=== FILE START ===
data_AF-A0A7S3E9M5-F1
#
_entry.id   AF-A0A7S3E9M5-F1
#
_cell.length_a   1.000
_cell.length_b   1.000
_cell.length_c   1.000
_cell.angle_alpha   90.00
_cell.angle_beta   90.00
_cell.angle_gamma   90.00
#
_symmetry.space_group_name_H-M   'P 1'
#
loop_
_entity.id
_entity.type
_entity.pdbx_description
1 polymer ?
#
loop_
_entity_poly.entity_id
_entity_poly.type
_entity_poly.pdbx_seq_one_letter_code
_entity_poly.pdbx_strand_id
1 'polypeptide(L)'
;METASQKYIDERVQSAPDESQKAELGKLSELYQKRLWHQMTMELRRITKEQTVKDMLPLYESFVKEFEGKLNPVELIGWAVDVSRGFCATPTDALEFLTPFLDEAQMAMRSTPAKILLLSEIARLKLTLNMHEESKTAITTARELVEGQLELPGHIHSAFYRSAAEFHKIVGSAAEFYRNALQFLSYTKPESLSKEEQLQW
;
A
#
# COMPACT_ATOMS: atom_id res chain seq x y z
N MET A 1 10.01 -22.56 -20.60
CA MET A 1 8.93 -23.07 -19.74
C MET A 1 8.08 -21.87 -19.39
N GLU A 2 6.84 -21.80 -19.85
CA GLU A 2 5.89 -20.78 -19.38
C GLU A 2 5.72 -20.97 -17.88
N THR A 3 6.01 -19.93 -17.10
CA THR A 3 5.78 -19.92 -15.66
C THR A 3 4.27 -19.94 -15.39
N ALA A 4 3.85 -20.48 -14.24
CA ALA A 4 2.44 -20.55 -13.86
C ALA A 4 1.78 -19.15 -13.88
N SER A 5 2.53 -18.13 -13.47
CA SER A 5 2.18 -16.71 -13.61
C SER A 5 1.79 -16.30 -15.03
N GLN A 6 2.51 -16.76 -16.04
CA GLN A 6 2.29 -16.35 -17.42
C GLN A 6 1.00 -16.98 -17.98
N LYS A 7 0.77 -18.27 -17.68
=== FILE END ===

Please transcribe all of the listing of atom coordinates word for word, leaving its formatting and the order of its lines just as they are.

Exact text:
data_AF-A0A7S3E9M5-F1
#
_entry.id   AF-A0A7S3E9M5-F1
#
_cell.length_a   1.000
_cell.length_b   1.000
_cell.length_c   1.000
_cell.angle_alpha   90.00
_cell.angle_beta   90.00
_cell.angle_gamma   90.00
#
_symmetry.space_group_name_H-M   'P 1'
#
loop_
_entity.id
_entity.type
_entity.pdbx_description
1 polymer ?
#
loop_
_entity_poly.entity_id
_entity_poly.type
_entity_poly.pdbx_seq_one_letter_code
_entity_poly.pdbx_strand_id
1 'polypeptide(L)'
;METASQKYIDERVQSAPDESQKAELGKLSELYQKRLWHQMTMELRRITKEQTVKDMLPLYESFVKEFEGKLNPVELIGWAVDVSRGFCATPTDALEFLTPFLDEAQMAMRSTPAKILLLSEIARLKLTLNMHEESKTAITTARELVEGQLELPGHIHSAFYRSAAEFHKIVGSAAEFYRNALQFLSYTKPESLSKEEQLQW
;
A
#
# COMPACT_ATOMS: atom_id res chain seq x y z
N MET A 1 10.01 -22.56 -20.60
CA MET A 1 8.93 -23.07 -19.74
C MET A 1 8.08 -21.87 -19.39
N GLU A 2 6.84 -21.80 -19.85
CA GLU A 2 5.89 -20.78 -19.38
C GLU A 2 5.72 -20.97 -17.88
N THR A 3 6.01 -19.93 -17.10
CA THR A 3 5.78 -19.92 -15.66
C THR A 3 4.27 -19.94 -15.39
N ALA A 4 3.85 -20.48 -14.24
CA ALA A 4 2.44 -20.55 -13.86
C ALA A 4 1.78 -19.15 -13.88
N SER A 5 2.53 -18.13 -13.47
CA SER A 5 2.18 -16.71 -13.61
C SER A 5 1.79 -16.30 -15.03
N GLN A 6 2.51 -16.76 -16.04
CA GLN A 6 2.29 -16.35 -17.42
C GLN A 6 1.00 -16.98 -17.98
N LYS A 7 0.77 -18.27 -17.68